Like cutting into a head of iceberg lettuce, like riding a bike downhill, like the snap of a beer can opening, like biting into a York peppermint patty. FINALLY. Spring in the valley. A gorgeous, reviving, sunny day. For a moment I noticed it was cold in the shade, but I quickly pushed that sensation away, refusing to acknowledge our lingering winter any longer, and basked in the heat of the warm sidewalk and my steaming cup of coffee. The natural radiance of the day was appropriately punctuated by beautiful and striking works of art generated by our sizable local art community. It couldn’t have been a finer day. Plus, it was nice not to be out in the rain or snow or wearing my clunky boots and my old gray coat.
A dozen or so local artists set up displays of their work at Larkin Arts’ first ever Art Market, held right there on the Court Square and spilling over into the Denton building parking lot. Even before its official start at noon, folks who were clearly on their way somewhere felt compelled to pause, peruse, and talk with the artists.
Here’s a little snapshot of the artists there that day.
Trip Madison wasn’t actually present, because he was out of town, but his work made it to the market: prints of acrylic and ink on wood and printed on metallic paper. To the left of his table was Daniel Suter and his bearded demons and monsters. I guess they are scary looking creatures, except for their lovely, flowing, feather-drop beards, but one — the purple one — didn’t seem so demonic. He seemed benign, wistful, even sympathetic. I wanted to take him home.
Around the corner we found Paul Somers displaying multiple photographs, including Polaroids that carry such nostalgia, like stumbling on an old forgotten box of photos in your parents’ attic. Paul shared a table with Chris Fulmer, whose work was also tangibly personal — like photocopies of his journal, for example — and, therefore ironically, free.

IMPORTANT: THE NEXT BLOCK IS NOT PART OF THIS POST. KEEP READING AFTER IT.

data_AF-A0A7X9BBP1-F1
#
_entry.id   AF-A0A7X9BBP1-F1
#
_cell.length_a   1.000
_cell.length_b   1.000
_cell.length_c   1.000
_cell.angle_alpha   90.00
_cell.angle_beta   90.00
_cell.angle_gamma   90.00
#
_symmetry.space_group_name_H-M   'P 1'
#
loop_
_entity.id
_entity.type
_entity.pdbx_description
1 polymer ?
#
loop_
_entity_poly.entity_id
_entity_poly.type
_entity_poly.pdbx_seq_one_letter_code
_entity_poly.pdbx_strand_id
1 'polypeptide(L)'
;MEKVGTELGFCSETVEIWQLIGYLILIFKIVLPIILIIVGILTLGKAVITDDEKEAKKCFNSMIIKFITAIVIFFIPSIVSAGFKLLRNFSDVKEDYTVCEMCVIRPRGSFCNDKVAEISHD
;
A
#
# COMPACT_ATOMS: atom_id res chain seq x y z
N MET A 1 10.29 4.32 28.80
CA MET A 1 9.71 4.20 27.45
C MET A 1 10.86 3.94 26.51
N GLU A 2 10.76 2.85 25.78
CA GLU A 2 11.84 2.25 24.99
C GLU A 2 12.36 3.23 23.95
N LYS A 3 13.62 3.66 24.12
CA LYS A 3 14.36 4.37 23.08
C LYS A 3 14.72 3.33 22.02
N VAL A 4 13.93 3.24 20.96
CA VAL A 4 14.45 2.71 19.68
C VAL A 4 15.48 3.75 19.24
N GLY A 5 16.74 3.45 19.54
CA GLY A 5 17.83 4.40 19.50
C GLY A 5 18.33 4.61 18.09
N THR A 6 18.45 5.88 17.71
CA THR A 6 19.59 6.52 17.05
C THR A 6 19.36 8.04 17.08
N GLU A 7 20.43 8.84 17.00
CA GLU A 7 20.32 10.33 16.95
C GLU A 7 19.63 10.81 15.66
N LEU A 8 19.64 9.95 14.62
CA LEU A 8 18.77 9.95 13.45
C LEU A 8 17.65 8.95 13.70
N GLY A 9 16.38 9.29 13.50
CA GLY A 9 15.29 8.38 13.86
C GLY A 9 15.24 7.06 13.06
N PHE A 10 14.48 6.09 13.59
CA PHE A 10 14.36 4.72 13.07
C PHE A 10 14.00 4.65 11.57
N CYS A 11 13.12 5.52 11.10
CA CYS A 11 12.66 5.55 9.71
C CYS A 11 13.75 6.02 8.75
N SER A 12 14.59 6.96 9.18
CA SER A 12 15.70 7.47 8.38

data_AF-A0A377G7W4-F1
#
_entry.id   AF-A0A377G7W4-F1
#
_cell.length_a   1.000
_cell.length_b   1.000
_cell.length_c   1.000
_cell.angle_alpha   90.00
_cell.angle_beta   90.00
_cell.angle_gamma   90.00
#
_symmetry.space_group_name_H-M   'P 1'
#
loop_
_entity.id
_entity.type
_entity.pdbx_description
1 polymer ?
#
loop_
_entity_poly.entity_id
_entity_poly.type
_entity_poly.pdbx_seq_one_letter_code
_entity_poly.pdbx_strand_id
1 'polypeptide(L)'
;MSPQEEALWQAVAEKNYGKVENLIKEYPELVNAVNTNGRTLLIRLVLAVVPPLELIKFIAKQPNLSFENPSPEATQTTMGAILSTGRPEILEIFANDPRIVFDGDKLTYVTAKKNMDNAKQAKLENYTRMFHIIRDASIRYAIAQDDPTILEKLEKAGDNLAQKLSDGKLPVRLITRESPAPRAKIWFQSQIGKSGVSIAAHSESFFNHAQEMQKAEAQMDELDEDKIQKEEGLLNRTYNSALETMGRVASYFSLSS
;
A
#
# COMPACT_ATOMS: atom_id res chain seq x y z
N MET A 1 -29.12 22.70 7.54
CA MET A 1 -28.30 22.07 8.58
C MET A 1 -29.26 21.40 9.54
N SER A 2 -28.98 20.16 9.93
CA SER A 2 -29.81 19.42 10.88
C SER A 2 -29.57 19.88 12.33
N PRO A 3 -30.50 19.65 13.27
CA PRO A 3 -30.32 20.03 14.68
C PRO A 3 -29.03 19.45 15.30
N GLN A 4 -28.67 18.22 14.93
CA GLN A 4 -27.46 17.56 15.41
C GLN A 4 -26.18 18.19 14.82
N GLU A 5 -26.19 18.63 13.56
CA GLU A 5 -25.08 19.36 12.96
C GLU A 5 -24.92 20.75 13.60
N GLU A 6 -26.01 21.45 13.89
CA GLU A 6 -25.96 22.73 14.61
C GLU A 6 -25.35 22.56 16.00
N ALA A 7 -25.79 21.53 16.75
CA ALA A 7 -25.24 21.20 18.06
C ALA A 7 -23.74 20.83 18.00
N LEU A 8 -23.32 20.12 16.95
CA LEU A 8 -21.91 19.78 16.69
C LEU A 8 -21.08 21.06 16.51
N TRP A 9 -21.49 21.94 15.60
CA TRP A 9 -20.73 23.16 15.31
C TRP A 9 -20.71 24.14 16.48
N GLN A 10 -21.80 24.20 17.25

Morgan Fink displayed prints of her oil paintings and drawings done in pen & ink with colored pencil, and Angus Carter shared an immeasurable variety of work with those who browsed his table. I liked that “What a Fox” fox portrait, and pretty much everything in the box labeled TESTS & DOODLES.
There was also some recycled art work: Andi Senatro of Andi’s Green Art displayed mosaics, guitar picks, and other items made entirely of chopped up Starbucks gift cards, and Kelley Shradley-Horst made all sorts of items from clock and watch parts.
Bruce Rosenwasser was there; he has a thing for hearts. In fact, last year he sold some 600 hand-carved wooden hearts. He told me how one year he made all these wooden Christmas ornaments in various shapes, and some ladies sifted through the entire inventory and bought all the heart-shaped ones. Now he can’t seem to make enough of them. But he also creates frames, earrings, wall hangings, even portaits, all from locally reclaimed scrap wood.
I really enjoyed Pam Ulmer’s photos — so bright and crisp, some of nature or serene locations, some of interesting historic landmarks, statues, old buildings. Lynda Bostrom’s large display featured drawings, paintings, and graphic designs in subtle colors. Brandy picked up a couple from her:
Last but not least was Denise Allen and her table of drawings and watercolor paintings, hand-made coloring books with a free hand-made, star-shaped crayon (!), and even seed packets, all in brown paper packaging, signifying favorite things. You know what one of my favorite things is? Pretty much anything made by Denise. And Denise herself.
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